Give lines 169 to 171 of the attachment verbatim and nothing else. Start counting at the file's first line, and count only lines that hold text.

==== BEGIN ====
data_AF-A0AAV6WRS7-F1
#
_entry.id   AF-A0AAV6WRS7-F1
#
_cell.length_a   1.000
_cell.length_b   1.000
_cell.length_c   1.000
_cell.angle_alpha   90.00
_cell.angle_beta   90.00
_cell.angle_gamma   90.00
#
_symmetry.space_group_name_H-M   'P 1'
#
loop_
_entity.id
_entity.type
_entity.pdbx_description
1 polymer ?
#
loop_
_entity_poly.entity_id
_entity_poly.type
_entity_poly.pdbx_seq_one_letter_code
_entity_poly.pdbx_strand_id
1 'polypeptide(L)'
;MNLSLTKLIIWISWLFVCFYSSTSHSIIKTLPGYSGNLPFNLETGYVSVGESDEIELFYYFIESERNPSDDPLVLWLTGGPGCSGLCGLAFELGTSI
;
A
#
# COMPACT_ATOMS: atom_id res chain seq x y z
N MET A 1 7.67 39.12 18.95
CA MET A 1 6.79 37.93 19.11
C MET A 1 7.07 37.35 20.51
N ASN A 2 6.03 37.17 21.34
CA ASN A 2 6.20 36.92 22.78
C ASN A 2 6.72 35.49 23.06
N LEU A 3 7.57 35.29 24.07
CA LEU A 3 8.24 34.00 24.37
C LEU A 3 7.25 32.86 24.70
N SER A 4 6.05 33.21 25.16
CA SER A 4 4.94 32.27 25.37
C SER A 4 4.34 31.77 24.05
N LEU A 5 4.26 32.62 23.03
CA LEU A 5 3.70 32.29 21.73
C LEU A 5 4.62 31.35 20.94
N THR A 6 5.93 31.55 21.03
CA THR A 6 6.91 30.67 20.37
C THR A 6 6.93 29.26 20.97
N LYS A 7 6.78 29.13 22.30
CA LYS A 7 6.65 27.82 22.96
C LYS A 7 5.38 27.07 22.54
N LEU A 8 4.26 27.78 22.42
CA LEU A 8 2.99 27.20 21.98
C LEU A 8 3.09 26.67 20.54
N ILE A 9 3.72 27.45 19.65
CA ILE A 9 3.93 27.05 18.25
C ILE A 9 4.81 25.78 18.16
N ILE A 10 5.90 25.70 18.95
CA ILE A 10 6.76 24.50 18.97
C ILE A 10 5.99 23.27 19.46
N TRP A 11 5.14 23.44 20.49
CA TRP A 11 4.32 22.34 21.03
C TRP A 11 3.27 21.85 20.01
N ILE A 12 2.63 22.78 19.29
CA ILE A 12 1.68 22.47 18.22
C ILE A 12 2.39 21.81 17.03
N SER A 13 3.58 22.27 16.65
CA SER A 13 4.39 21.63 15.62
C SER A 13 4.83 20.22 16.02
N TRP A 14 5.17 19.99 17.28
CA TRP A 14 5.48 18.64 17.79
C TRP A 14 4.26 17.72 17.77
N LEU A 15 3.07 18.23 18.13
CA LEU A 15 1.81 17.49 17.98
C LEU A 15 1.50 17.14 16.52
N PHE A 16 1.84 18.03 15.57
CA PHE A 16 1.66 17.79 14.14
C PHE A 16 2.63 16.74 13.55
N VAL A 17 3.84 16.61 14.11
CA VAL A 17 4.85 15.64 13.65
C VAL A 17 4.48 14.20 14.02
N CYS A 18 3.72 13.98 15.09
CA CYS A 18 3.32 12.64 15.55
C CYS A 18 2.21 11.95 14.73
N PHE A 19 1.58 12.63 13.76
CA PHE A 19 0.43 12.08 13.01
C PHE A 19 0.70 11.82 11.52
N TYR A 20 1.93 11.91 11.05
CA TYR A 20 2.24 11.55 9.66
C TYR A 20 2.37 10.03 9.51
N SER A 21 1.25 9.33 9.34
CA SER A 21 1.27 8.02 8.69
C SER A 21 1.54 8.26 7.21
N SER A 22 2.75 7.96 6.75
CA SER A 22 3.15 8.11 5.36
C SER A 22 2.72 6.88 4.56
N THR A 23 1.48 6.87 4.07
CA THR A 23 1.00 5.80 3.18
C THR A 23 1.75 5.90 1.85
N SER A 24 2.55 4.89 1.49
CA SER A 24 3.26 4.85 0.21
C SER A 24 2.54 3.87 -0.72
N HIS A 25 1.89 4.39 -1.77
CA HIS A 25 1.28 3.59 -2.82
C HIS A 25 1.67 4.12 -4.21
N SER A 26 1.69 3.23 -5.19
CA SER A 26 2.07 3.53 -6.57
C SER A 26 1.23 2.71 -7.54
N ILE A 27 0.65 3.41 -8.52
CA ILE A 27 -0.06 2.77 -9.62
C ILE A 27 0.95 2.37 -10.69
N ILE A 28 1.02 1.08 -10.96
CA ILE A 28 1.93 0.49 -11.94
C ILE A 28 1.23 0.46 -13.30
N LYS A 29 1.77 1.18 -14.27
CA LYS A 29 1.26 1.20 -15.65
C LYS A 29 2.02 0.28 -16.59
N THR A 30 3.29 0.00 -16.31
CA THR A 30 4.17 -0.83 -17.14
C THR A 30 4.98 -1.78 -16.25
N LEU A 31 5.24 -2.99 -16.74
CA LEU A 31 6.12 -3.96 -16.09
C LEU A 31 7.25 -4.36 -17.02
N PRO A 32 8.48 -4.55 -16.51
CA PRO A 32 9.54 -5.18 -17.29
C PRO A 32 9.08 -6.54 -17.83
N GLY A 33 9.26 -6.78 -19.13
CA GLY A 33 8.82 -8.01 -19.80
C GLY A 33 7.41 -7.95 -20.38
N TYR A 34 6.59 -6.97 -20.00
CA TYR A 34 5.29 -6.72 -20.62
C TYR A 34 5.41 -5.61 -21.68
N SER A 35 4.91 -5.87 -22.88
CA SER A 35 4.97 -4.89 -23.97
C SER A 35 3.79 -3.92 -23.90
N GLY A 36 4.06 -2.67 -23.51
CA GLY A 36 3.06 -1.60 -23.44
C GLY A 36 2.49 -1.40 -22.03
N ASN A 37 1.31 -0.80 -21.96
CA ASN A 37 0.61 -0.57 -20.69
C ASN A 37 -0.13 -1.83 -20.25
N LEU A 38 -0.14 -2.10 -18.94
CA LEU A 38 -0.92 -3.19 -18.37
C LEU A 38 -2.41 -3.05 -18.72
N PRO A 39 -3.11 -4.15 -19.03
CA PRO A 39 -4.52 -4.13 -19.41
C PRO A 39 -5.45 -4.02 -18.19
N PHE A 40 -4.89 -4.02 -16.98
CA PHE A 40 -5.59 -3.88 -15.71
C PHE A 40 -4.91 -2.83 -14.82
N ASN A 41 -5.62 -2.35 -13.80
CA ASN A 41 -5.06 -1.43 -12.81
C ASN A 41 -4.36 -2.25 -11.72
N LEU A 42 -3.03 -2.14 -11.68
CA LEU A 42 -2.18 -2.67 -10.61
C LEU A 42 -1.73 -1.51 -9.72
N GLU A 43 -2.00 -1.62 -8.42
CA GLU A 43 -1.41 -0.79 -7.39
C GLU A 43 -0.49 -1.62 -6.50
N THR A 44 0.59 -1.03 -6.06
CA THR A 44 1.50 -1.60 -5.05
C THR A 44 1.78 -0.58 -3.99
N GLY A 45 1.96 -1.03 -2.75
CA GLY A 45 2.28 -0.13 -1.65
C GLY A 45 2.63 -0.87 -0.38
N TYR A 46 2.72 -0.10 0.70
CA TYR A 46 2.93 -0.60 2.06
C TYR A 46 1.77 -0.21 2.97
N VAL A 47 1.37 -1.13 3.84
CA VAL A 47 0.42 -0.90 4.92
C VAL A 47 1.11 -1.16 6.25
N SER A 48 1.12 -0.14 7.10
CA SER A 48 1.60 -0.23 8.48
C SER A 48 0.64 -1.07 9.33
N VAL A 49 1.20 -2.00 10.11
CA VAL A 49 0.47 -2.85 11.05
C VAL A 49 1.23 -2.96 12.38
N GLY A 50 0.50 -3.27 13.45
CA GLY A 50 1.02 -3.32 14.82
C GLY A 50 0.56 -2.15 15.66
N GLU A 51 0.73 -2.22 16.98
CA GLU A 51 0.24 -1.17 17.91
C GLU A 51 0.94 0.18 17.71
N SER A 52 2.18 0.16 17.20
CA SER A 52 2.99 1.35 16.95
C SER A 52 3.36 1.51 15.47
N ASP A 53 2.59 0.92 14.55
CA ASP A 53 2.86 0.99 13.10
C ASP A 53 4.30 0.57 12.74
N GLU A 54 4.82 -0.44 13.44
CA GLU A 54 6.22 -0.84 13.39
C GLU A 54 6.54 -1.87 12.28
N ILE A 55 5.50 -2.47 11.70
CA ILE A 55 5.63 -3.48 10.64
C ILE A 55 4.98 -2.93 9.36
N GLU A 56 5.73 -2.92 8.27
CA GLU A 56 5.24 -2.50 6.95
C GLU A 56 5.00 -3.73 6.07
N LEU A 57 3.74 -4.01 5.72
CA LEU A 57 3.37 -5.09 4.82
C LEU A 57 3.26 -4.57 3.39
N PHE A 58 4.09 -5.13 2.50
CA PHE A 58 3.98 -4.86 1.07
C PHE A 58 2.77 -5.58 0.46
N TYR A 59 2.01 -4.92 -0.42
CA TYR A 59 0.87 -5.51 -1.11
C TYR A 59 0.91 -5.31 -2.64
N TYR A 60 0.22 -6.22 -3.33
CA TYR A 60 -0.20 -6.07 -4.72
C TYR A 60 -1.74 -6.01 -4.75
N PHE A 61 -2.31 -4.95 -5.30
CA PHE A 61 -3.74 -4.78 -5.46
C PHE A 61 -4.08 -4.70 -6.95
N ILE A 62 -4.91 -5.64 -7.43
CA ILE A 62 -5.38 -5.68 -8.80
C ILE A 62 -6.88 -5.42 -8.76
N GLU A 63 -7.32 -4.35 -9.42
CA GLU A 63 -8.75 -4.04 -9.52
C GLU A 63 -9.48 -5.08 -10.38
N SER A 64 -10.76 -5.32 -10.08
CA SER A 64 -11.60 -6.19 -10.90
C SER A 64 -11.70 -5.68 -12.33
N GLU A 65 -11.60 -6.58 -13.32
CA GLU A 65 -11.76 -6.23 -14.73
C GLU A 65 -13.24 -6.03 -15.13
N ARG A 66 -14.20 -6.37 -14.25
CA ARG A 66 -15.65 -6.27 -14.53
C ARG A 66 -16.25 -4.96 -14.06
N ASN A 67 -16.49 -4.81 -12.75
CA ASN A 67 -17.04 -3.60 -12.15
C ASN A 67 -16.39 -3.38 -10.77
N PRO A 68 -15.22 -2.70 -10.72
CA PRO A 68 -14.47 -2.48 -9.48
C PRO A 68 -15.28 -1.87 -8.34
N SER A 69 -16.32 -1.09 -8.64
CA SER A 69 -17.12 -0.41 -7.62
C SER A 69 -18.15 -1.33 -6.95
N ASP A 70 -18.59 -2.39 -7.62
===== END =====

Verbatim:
N VAL A 47 1.37 -1.13 3.84
CA VAL A 47 0.42 -0.90 4.92
C VAL A 47 1.11 -1.16 6.25